Renowned Seaside artist, gallery owner and philosopher Billy Lutz has adorned the new South County Community Food Bank with a mural representing its mission to provide food to those in need. Local painter Billy Lutz approaches each work as a storybook. From a single starting thought or concept, his pieces move through multiple layers of context to narrate a nuanced story to be read by the viewer.
Born in Michigan in 1951, Lutz did his first oil painting when he was 14. Over the years, his work became focused on what lies beneath the surface and themes, such as the environment and materialism, spiritual realities versus religious dogma, collectivism versus individualism and other dualities and paradoxes. His style is narrative painting that represents his complex philosophies. “Painting seems to be the way I pursue my thinking,” he said.
One of Lutz’s latest works adorns the entryway of the recently completed South County Community Food Bank on North Roosevelt Drive. Absorbing an area on the wall several feet tall and wide, the acrylic painting depicts a fruit tree laden with apples and bright leaves and bearing a thick trunk leading down to deep roots.
Mary Blake, a member of the food bank’s board, said the organization wanted an image of a tree because it’s “symbolic of the cycle of life” and the pantry’s mission. “Food reaches everybody — so the tree really was for that,” she said.
To further reinforce the concept of natural harmony through connective movement, Lutz embellished the tree with his signature force rings, or geometric arcs suggestive of “all that exists that is unseen.”
Lutz earned an associate of arts degree from Northwestern Michigan College in 1972, but while college helped him loosen up and experiment with art, life experiences mostly have motivated the philosophical concepts embedded in his work. From an early age, Lutz was aware the world is filled with deep mysteries of which he was a part. He traverses these mysteries through his art. Lutz believes the concepts and ideas he encounters through his artwork are not unique but rather universal truths. In his pieces, Lutz often will make religious parables and ancient mythologies relevant to the modern world. For instance, in his series “The Beast,” Lutz follows the classical myth of the hero who fights the beast only to be consumed or defeated by it.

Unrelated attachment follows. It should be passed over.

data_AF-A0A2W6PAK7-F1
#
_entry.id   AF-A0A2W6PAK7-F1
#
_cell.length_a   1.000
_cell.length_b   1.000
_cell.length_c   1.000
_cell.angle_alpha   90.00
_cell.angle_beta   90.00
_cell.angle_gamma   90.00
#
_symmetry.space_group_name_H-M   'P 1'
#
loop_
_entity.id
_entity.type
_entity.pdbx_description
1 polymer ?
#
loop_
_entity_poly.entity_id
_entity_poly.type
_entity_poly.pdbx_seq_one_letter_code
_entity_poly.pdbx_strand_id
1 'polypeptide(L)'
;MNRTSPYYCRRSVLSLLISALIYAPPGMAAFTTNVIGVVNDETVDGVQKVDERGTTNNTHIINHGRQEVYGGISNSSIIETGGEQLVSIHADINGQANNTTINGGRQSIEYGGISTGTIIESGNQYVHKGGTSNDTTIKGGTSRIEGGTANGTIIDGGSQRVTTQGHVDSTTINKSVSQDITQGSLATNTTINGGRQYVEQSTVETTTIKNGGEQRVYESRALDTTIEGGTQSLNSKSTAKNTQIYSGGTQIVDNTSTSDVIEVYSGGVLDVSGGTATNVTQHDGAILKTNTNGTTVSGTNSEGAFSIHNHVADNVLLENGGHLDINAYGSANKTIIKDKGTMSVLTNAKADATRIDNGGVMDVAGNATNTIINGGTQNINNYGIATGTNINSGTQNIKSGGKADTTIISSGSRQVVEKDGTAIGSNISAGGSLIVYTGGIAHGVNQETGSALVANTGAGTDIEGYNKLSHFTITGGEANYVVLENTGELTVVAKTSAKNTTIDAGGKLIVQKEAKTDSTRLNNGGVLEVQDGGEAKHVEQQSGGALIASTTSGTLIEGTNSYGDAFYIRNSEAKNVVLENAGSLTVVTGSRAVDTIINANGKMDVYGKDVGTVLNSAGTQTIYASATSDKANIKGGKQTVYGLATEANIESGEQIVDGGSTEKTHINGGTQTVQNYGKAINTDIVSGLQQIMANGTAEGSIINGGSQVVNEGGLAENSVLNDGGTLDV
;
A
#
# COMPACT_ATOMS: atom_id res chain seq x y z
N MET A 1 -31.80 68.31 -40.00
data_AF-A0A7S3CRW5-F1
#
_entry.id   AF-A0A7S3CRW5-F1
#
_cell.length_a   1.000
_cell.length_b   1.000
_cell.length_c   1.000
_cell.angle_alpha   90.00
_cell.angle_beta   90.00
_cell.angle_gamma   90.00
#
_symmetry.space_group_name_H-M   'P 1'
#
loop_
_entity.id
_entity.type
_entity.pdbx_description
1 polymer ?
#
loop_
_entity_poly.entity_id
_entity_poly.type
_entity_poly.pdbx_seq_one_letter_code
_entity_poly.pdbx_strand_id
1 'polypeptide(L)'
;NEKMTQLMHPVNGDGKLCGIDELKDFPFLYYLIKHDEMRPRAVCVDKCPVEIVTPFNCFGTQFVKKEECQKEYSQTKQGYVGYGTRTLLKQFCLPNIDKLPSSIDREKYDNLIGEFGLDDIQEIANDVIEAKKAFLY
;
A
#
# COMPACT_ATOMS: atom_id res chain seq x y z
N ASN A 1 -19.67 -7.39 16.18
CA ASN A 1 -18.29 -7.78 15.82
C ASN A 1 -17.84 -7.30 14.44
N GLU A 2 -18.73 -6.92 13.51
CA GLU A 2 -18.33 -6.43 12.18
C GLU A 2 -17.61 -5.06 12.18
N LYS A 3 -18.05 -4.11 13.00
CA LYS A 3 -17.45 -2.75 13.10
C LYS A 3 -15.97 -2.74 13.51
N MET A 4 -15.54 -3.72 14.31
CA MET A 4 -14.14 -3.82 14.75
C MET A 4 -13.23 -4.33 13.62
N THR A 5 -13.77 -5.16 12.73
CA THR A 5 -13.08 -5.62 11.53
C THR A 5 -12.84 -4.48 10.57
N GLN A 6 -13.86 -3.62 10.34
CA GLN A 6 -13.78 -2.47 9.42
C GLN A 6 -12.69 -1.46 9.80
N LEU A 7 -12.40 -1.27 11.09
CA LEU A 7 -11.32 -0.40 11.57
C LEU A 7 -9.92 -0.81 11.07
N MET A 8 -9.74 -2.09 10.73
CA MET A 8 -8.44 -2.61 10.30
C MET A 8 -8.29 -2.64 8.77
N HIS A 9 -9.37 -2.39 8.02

While humans are naturally inclined to fight traumatic experiences or afflictions, Lutz said, those “beasts” are invincible and fighting against them only will harm the individual. To truly overcome their demons, people instead must learn to accept them. Lutz related the series to one of his own “beasts,” which is a hereditary degenerative eye disease called retinitis pigmentosa that started at age 47 and has slowly impaired his vision. Instead of being consumed with a desire to regain sight or fight the disease, Lutz reconciled himself to his condition and re-emerged slightly altered but with a new perspective and more established priorities.
“The myth states that you do have to accommodate your beasts, your demons. They’re not going away,” he said. “Nietzsche said it, Jesus Christ said it, Somerset Maugham said it and James the brother of Jesus said it. Sometimes in order to overcome your demons you have to embrace them. So it’s not something I invented, but I happened to tap into it.”
With only 15 percent of his eyesight remaining, Lutz has developed a specific technique to continue painting large works. He draws a smaller representation and then an assistant will create a graph for the image on its final destination, such as the wall in the food pantry. From there, Lutz can focus on one small section of the painting at a time. As he’s painting, he said, he often will take photos of the work in progress or view it in a mirror. The strategy allows him to see the full work, although scaled down, and focus on a point.
When it comes to subject matter, Lutz usually starts with a thought he has previously jotted down in his notebook. As he’s working, he’ll develop that thought or allow it to work its way forward. “The original idea blossoms into something more complex,” he said. He tries to keep his paintings in the present tense, because as soon as an experience has passed there exists the potential to remember or analyze it incorrectly or with the wrong perspective. “I’m not trying to create life, I’m trying find meaning as it happens to me,” said Lutz.
That philosophy is evident in his life. Because of this sense of adventure and courage to live on the edge, Lutz has traveled often and lived in multiple states as new goals presented themselves to him. He has supported himself through freelance sign work, but he keeps his art separate and not the means to his and his family’s livelihoods. He prefers to donate his talent and produce his work for public consumption. “I tried to keep money out of it for philosophical reasons,” he said. “Money creates its own motives, and I wanted no influence on my painting.”
One of Lutz’s key philosophies is the paradox that people find their true individual purpose when they are giving to a collective unit, whether it be family, community, a loved one or any other person. “There are self-evident facts that you’re hooked to the collective whole and you can only realize that by being a true individual,” he said. “That’s where you find your true individuality is your devotion outward, not inward. … Everything expands. Life expands.”
The food pantry is an example of collectivism through which individual purpose can be found, Lutz believes. A lot of people donated their time, money and services to the organization and continue to do so.
T. anjuli’s gallery is located in the Historic Gilbert District. Billy Lutz, owner/ artist has participated in the Seaside First Saturday Art Walk for years.
To view more of Lutz’s work, visit http://www.billylutz.com/contact.html or T.anjuli Salon & Gallery, at 7 North Holladay Drive.